Make Every Moment Count

The restaurant was bustling with holiday shoppers. Folks were standing in the doorway hoping to get a table. The air was crisp, cold and magical, lights were shining from every window – Christmastime in Boston. One could actually feel the surge of energy from the crowds shopping for treasures, stopping for dinner, or lining up for holiday traditions like the Nutcracker. I delighted in the splendor of it all, trying not to miss a moment of the magic which brought unabated joy to my grateful heart.

There are times in life when we simply take in the beauty all around us and willingly offer heartfelt gratitude and praise to God for the immense gift of the moment. This is how I felt on the evening of December 21, 2021 – my birthday – as I enjoyed a night out in Boston with my beautiful family. But then there are other moments in life when we are called to endure a more ordinary existence – devoid of glamour or overwhelming fun – and we are reminded to recall past moments of joy as a way to sustain us through life’s difficulties when perhaps we may not feel like thanking God for anything. Fr. Mike Schmitz of Ascension Press reminds us, “God’s providence is always at work – when we see it and when we don’t. As people of faith, we are challenged to always give praise to God.”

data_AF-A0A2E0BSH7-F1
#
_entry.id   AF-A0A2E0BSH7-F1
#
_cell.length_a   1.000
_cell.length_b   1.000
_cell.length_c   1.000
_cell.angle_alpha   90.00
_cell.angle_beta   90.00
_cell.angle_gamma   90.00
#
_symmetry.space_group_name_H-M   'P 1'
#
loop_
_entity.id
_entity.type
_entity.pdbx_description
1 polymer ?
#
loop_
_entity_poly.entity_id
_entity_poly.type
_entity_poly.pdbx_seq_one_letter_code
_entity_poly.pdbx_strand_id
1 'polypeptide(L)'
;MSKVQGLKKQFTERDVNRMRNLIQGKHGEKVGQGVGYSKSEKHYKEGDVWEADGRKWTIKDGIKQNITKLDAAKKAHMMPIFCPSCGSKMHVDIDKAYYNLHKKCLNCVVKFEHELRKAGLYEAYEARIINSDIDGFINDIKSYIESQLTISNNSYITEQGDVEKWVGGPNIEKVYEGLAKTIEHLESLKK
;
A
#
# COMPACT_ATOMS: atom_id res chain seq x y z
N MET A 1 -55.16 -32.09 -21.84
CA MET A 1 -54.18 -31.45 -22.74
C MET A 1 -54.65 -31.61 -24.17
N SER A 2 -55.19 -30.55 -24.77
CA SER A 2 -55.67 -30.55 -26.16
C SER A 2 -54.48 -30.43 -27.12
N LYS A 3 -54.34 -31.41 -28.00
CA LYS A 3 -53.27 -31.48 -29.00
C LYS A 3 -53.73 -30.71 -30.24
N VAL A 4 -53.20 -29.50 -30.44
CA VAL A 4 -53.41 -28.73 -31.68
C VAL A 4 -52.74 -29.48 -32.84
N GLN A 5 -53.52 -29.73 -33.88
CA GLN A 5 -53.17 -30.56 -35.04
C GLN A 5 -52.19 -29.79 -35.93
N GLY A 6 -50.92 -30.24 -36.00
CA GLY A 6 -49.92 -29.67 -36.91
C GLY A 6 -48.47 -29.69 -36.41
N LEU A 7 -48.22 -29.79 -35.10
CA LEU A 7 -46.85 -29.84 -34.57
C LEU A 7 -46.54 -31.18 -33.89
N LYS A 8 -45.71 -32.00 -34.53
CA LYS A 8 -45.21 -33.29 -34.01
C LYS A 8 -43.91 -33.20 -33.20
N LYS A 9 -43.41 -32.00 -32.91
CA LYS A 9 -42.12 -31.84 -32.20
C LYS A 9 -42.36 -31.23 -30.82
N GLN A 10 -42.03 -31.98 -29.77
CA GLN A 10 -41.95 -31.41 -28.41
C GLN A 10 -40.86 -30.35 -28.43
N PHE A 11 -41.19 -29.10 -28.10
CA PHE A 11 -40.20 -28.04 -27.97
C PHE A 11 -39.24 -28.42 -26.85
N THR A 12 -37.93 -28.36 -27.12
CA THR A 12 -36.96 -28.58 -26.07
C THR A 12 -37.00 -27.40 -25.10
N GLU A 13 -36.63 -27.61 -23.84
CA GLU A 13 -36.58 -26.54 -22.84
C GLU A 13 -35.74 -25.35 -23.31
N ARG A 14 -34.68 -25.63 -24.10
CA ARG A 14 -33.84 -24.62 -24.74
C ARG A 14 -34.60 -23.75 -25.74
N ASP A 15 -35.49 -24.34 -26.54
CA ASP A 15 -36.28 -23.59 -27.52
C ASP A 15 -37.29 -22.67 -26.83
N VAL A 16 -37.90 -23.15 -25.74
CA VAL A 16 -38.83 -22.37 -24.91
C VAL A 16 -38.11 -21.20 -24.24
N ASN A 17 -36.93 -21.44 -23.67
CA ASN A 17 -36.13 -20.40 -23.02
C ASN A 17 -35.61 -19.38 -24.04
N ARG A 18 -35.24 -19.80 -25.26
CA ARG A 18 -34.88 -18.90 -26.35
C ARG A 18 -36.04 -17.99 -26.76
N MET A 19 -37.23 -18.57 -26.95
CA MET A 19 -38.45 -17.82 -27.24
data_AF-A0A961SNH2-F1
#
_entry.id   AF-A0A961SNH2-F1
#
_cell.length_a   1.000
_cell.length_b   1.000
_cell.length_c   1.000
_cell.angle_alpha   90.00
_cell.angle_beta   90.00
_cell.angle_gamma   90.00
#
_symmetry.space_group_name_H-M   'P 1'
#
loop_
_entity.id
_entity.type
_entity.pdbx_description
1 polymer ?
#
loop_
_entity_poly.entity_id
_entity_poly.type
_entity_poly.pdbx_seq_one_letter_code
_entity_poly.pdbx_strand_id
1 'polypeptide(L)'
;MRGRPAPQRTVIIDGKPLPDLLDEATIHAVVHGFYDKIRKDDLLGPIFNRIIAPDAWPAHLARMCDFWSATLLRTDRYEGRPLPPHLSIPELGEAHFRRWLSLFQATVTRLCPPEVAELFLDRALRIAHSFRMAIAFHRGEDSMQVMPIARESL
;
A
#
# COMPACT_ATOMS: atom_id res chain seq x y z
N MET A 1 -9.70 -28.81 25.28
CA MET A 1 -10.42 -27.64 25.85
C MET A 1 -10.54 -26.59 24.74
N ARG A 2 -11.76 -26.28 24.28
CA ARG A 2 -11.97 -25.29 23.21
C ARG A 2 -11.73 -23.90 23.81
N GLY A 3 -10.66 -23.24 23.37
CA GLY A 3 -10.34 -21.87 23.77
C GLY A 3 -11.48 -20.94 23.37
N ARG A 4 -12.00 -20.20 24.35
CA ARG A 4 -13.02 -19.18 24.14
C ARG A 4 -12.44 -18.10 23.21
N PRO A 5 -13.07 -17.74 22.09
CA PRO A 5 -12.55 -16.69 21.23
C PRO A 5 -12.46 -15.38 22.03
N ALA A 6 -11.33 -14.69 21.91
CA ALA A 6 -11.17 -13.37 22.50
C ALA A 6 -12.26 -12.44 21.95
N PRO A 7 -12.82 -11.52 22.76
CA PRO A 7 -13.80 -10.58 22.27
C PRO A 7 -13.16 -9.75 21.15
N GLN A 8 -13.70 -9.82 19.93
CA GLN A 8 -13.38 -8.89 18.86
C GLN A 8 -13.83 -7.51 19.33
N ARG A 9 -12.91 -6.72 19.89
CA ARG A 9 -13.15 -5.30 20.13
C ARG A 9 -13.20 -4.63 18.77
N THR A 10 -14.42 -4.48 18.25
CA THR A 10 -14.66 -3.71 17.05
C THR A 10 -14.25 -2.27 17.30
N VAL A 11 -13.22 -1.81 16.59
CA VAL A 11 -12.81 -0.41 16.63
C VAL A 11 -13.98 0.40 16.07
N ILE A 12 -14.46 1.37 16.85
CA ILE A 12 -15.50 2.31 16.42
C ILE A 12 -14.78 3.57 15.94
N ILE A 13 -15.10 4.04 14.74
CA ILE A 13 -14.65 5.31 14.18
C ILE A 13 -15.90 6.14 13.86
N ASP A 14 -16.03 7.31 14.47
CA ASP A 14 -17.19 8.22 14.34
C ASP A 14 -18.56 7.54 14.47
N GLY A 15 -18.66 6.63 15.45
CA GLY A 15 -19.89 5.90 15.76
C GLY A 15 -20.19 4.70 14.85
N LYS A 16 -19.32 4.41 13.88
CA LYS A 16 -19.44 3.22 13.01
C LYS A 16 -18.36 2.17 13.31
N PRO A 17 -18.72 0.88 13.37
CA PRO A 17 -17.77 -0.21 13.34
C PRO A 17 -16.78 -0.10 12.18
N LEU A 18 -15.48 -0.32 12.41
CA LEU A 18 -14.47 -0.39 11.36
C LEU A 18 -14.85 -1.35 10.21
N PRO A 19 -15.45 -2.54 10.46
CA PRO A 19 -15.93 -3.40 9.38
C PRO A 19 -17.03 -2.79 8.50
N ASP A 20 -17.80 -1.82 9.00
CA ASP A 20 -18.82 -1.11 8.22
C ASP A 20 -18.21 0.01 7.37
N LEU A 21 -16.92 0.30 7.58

It was easy for me to be happy and feel grateful to God on an evening like my recent birthday, which was celebrated with love and style in Boston. But what about the rest of the year – when things are not as festive? Through the example of my beloved Mom, I believe that joyful memories can carry us through more challenging days when God’s presence may seem distant. Mom showed me that daily prayer during the normal days of life, helps us emerge stronger and more hopeful as women of faith. She used to tell me to make every moment count – the ordinary ones and the extraordinary ones saying, “Don’t waste time complaining, give thanks to God daily no matter what is happening in your life. He is always working things out even if you don’t understand it.

I slowly walked up to a seated gentleman eating alone as we were leaving the lovely Boston restaurant. Shopping bags were piled high on the booth across from where he was sitting. I smiled at him and said, “Excuse me sir, I could not help but notice that you are sitting alone on this festive evening and I wanted to say hello and offer you one of my birthday cupcakes.” He looked at me with a warm smile and responded, “Thank you so much! I am alone this Christmas. I am a health care worker and went home for Thanksgiving – my family lives far away – so I am working this Christmas.” We chatted awhile about his shopping purchases, his family and the delicious food at the restaurant. As I walked away, he bid me Happy Birthday and Merry Christmas saying, “Thank you for taking the time to say hello. That meant so much to me. You have a beautiful family.” I nodded in agreement and wished him a Merry Christmas.